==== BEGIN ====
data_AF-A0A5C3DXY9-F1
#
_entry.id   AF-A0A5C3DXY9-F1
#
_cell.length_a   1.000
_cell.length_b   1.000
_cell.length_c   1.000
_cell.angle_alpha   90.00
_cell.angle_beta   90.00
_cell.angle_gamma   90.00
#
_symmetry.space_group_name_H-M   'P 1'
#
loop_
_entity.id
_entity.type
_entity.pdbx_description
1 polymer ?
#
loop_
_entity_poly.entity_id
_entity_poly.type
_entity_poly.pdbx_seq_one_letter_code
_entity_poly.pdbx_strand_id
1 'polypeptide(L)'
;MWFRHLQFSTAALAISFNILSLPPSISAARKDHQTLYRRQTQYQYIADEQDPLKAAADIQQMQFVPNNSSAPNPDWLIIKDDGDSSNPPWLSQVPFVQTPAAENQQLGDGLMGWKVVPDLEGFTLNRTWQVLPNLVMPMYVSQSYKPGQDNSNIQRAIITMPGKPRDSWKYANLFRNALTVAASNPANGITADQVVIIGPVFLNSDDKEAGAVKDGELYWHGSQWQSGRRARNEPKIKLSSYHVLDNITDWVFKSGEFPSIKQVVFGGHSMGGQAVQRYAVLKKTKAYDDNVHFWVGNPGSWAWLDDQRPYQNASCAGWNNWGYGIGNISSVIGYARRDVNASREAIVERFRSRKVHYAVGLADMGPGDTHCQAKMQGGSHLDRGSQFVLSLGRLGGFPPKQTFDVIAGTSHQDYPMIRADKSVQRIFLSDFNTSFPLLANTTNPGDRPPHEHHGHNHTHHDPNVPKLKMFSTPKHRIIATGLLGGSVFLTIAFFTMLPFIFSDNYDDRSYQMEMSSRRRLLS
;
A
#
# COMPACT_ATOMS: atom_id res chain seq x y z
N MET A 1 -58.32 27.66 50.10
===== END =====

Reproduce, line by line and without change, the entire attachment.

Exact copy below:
data_AF-A0A5C3DXY9-F1
#
_entry.id   AF-A0A5C3DXY9-F1
#
_cell.length_a   1.000
_cell.length_b   1.000
_cell.length_c   1.000
_cell.angle_alpha   90.00
_cell.angle_beta   90.00
_cell.angle_gamma   90.00
#
_symmetry.space_group_name_H-M   'P 1'
#
loop_
_entity.id
_entity.type
_entity.pdbx_description
1 polymer ?
#
loop_
_entity_poly.entity_id
_entity_poly.type
_entity_poly.pdbx_seq_one_letter_code
_entity_poly.pdbx_strand_id
1 'polypeptide(L)'
;MWFRHLQFSTAALAISFNILSLPPSISAARKDHQTLYRRQTQYQYIADEQDPLKAAADIQQMQFVPNNSSAPNPDWLIIKDDGDSSNPPWLSQVPFVQTPAAENQQLGDGLMGWKVVPDLEGFTLNRTWQVLPNLVMPMYVSQSYKPGQDNSNIQRAIITMPGKPRDSWKYANLFRNALTVAASNPANGITADQVVIIGPVFLNSDDKEAGAVKDGELYWHGSQWQSGRRARNEPKIKLSSYHVLDNITDWVFKSGEFPSIKQVVFGGHSMGGQAVQRYAVLKKTKAYDDNVHFWVGNPGSWAWLDDQRPYQNASCAGWNNWGYGIGNISSVIGYARRDVNASREAIVERFRSRKVHYAVGLADMGPGDTHCQAKMQGGSHLDRGSQFVLSLGRLGGFPPKQTFDVIAGTSHQDYPMIRADKSVQRIFLSDFNTSFPLLANTTNPGDRPPHEHHGHNHTHHDPNVPKLKMFSTPKHRIIATGLLGGSVFLTIAFFTMLPFIFSDNYDDRSYQMEMSSRRRLLS
;
A
#
# COMPACT_ATOMS: atom_id res chain seq x y z
N MET A 1 -58.32 27.66 50.10